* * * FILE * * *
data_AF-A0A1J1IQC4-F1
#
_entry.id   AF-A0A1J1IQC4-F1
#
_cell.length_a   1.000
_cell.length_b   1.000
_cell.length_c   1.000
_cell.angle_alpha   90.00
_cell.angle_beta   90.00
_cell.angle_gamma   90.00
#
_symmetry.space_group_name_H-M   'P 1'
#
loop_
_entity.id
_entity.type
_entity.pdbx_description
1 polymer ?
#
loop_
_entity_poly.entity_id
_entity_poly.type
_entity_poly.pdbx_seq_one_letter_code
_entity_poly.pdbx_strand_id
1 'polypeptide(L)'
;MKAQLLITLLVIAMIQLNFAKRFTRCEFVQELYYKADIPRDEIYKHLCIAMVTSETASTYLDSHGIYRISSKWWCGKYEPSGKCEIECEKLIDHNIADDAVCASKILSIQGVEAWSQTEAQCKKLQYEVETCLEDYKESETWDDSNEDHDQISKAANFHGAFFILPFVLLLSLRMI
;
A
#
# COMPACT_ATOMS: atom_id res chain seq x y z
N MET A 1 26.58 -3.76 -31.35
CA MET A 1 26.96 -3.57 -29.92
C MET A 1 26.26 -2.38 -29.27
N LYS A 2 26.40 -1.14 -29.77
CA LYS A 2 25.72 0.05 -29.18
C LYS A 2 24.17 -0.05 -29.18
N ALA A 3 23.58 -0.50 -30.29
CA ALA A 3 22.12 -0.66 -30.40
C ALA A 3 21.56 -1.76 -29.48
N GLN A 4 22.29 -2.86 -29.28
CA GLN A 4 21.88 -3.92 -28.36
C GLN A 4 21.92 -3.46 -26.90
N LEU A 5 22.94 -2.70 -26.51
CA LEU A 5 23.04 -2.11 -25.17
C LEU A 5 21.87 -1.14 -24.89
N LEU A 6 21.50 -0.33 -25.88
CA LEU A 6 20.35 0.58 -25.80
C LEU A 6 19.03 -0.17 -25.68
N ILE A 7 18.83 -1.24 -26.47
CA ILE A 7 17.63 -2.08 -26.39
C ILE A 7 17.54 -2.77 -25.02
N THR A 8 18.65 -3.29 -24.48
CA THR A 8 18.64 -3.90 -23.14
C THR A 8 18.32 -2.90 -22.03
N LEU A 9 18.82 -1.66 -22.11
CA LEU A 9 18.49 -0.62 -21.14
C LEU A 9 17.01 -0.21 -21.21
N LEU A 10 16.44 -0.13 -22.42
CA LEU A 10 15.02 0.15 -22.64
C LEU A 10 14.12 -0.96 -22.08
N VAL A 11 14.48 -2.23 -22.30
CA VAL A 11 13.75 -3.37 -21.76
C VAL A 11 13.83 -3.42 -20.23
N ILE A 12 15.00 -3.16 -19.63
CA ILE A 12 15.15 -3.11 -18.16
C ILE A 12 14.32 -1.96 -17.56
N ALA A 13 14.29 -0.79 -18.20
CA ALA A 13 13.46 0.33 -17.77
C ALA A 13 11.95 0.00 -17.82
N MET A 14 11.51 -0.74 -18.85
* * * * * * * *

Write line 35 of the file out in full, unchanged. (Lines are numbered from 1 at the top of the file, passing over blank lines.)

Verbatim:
CA LYS A 2 25.72 0.05 -29.18